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Top income earners will get taxed instead of super rich

By Staff Writer

Some market commentators predict that finance minister Pravin Gordhan will introduce a wealth tax on the country’s super-rich, but Johan Lombard, an actuarial specialist at Momentum Health, believes that Treasury will extract higher taxes from top income earners by means of small tweaks to the current system.


Lombard illustrates that the medical schemes environment offers up some prime examples of how the overall tax burden can be shifted from lower to higher income earners without undue stress. In the 2012/13 tax year, for example, Gordhan announced significant changes to the tax treatment of medical schemes contributions.


Under the old system taxpayers qualified for a set monthly deduction on their taxable income based on their family composition. The new system ensures the same monetary benefit to everyone in the form of tax credits. Momentum Health expects that Gordhan will raise the threshold for the medical scheme tax credit in line with inflation next Wednesday.


“The most significant change in the 2013/14 budget could stem from last year’s proposal that a percentage of taxpayers’ out-of-pocket medical expenses be converted into a tax credit too,” says Lombard. “The impact will be similar to the change in treatment of scheme contributions in that those that earn above the 30% tax threshold will be taxed a bit more and those below a little less.”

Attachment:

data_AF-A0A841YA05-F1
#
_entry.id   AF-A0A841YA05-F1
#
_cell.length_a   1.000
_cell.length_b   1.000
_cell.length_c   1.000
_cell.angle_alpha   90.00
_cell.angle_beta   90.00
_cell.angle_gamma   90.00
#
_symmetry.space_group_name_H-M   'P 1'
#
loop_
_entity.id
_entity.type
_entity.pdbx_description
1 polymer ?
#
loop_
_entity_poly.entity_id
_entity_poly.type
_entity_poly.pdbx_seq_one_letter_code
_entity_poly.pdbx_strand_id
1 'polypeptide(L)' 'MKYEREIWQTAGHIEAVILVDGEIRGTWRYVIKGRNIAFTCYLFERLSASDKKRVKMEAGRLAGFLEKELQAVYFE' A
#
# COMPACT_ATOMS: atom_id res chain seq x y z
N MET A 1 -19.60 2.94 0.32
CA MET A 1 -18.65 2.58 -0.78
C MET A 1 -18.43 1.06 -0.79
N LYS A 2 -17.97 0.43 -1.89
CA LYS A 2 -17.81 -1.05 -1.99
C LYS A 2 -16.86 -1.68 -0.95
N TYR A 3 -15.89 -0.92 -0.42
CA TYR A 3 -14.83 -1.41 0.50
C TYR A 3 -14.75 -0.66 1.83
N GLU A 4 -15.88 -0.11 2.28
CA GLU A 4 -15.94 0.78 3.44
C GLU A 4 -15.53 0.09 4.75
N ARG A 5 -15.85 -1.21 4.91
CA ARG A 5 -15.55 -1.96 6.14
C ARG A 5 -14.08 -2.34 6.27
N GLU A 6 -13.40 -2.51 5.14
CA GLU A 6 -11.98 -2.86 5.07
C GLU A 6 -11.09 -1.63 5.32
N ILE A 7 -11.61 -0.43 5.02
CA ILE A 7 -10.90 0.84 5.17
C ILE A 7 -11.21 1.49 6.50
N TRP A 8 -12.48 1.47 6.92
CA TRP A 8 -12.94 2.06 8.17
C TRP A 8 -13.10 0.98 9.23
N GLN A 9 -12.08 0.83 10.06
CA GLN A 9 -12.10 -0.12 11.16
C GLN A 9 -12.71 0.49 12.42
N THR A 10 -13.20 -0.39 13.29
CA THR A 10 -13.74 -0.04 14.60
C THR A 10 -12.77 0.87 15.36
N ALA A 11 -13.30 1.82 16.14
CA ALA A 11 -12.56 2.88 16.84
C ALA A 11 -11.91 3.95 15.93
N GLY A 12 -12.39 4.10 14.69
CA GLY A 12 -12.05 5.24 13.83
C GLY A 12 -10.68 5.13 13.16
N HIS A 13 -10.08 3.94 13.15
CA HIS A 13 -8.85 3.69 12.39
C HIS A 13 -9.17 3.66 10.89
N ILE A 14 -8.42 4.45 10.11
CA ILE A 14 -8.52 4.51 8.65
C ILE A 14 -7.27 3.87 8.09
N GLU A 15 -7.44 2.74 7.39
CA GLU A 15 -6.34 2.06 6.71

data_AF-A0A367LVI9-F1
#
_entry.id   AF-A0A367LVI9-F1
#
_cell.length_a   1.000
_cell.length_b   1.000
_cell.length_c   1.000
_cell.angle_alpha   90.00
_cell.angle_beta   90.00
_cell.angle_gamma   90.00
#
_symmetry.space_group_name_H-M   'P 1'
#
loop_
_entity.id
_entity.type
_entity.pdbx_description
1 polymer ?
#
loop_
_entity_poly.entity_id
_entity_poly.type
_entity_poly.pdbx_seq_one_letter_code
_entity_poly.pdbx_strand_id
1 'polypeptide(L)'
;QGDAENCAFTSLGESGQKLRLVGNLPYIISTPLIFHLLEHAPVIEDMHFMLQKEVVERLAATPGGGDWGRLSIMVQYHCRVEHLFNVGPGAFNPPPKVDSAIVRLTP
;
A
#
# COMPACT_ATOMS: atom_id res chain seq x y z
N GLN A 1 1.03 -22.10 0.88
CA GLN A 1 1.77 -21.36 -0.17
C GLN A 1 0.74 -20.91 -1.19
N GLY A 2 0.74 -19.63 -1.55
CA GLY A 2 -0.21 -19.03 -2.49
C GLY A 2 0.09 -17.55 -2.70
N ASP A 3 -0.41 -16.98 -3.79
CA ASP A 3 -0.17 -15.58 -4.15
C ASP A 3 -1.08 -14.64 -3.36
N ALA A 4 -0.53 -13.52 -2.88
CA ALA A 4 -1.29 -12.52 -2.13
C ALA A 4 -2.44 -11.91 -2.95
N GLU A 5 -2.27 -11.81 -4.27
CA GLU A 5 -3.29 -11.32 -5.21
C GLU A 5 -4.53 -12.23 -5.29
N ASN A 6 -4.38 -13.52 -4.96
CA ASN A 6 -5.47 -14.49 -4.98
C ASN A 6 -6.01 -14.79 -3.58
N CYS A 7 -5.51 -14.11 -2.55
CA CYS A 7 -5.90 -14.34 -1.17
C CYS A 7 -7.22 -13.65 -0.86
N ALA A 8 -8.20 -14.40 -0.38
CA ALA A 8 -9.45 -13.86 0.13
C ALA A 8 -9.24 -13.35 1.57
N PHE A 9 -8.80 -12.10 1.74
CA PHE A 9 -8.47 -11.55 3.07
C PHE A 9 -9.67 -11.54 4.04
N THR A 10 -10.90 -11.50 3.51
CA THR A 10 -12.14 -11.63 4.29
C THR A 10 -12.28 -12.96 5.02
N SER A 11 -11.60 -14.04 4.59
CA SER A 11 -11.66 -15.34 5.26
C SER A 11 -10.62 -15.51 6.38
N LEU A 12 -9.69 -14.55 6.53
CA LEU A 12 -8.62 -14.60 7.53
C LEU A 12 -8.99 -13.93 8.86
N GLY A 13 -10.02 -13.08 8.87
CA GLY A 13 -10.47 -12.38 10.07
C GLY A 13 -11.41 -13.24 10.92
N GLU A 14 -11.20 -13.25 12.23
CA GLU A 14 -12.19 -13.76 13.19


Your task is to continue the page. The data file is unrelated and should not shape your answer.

Lombard illustrated the impact of this proposal in the following way, using Joe Average a R600 000 per annum income earner who is taxed at 40% and incurs R100 000 in additional medical expenses (defined as qualifying medical expenditure that is not covered by a medical scheme).


“Under the existing tax regime Joe is entitled to a tax deduction for every rand in additional medical expense that he incurs exceeding 7.5% of his gross salary – anything he spends in excess of R45 000 (R600 000 x 7.5%). He therefore receives financial benefit of R22 000 (40% x R55 000),” explained Lombard.


He added: “On the proposed tax credit system Joe will in all likelihood get a tax credit in the region of R16 500 – R55 000 x 30%, based on the assumption that the tax credit system on additional medical expenses replicates that of the tax deduction system at 30% presently.


He advises taxpayers to ensure that accurate records of all uncovered medical expenses are kept and that their medical scheme fits their healthcare needs. “Because the tax credits are fixed in nature, individuals can benefit by selecting more cost-effective options within their medical schemes that still meet their healthcare needs,” says Lombard.


He believes the best way to reduce medical expenses is to look after your health. “Any investments in your health today – through healthy eating and exercise – will be of great emotional and financial benefit over the long term,” said Lombard. “A healthy lifestyle will counteract the erosion of your take home pay due to budget changes as well as reduce government’s healthcare provisioning burden.”
 

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